[Howard] Twice in 30 seconds, we used the word fascinating. Which is a really good indicator of an idea at work. In this case, the idea is that the point of view of teenage Nancy and the point of view of...
[Nancy] Not teenage Dan.
[Howard] Middle-age Dan is completely different on the same story.
[Mary] One of the stories that I actually want to talk about in terms of something where it's a cool idea and then we actually go on a very similar journey to the character is Holes. These kids are digging holes in the middle of a desert. That's a cool idea. What... Why? Why are they digging holes in the desert? We're wondering, and the character is wondering at the same time, and it's getting back to what we're talking about, which is that the character... Which is that there is a personal stake and that there is a consequence to this weird idea.
[Brandon] Right. I think what we're all kind of getting at is to make an idea story work, you have to have a story. I think that is what maybe new writers forget. I see this a lot with my students. Look at this cool thing. Well, you could have written me a paragraph summary of hey, this cool thing. That's not alone a story. If you want to make it a story, you need character, plot, setting, conflict, and these sorts of things to come together. You don't have to have all... Everything. You don't have to throw everything at it, but you've got to have something like that.
[Nancy] A technical manual...
[Howard] I find that...
[Nancy] Go ahead.
[Howard] I find that... I've been watching a lot of documentaries while I ink comics. I say watching... I like documentaries because I only have to listen. There was a series on air disasters. One of the disasters was the famous Grand Canyon crash back before air traffic controllers, back in the 50s or 60s. Airline pilots who were crossing the country liked to show their passengers, who were typically very well to do, views of the Grand Canyon. Two planes collided in midair, killing everyone, because there were no controls in place to prevent these pilots from being in the same place at the same time. As I watched that, I thought, "Wow, this is a perfect example of someone failing to look at the implications of what we had built." That episode spun into what air traffic control has become. I bring that up because watching those sorts of things, learning those sorts of things, I believe is how you program your brain to do that exploration of the idea you've come up with.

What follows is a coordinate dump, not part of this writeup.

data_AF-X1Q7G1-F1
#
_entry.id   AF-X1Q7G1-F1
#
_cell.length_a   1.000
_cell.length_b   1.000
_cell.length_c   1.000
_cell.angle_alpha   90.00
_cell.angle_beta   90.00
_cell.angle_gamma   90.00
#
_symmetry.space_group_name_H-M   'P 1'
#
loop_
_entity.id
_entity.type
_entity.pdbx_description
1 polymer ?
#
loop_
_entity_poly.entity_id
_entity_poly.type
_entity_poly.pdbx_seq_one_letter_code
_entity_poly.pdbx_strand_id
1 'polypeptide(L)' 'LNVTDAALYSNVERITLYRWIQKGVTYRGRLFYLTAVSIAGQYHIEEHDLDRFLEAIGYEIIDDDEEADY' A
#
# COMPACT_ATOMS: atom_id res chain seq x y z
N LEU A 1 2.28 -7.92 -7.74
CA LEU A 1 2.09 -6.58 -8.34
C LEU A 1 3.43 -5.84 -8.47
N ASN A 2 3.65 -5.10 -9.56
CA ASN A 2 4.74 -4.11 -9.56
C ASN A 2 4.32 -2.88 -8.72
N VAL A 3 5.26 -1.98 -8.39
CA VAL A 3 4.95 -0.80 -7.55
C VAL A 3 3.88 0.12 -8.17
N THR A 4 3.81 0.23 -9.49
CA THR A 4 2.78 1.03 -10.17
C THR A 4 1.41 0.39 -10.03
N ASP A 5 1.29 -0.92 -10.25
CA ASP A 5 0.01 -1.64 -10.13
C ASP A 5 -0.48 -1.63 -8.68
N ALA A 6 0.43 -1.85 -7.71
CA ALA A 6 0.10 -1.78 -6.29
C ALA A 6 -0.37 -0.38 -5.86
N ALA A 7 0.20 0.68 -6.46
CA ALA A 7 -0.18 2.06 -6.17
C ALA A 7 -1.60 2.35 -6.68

[Brandon] I like how this discussion's been going. I don't know if we've drilled yet into enough practical advice on how to write these. Fortunately, we're going to come back to this topic in a couple of weeks. So wait for it then, and we'll try to drill into the hows and whys you use this. Until then, we have some homework for you. Dan is going to give us our homework.
[Dan] All right. What we want you to do now is to go out and find a cool idea. Find a science blog or find a cool new piece of technology somewhere in the world or a great idea for a magic system you have floating around in your head. Find an idea, and then brainstorm 20 stories you could tell about it. Conflicts that could arise, using that idea as the core.
[Brandon] All right. Nancy, thank you so much for joining us.
[Nancy] Any time.
[Howard] Can you come back in two weeks?
[Brandon] This has been Writing Excuses. You're out of excuses, now go write.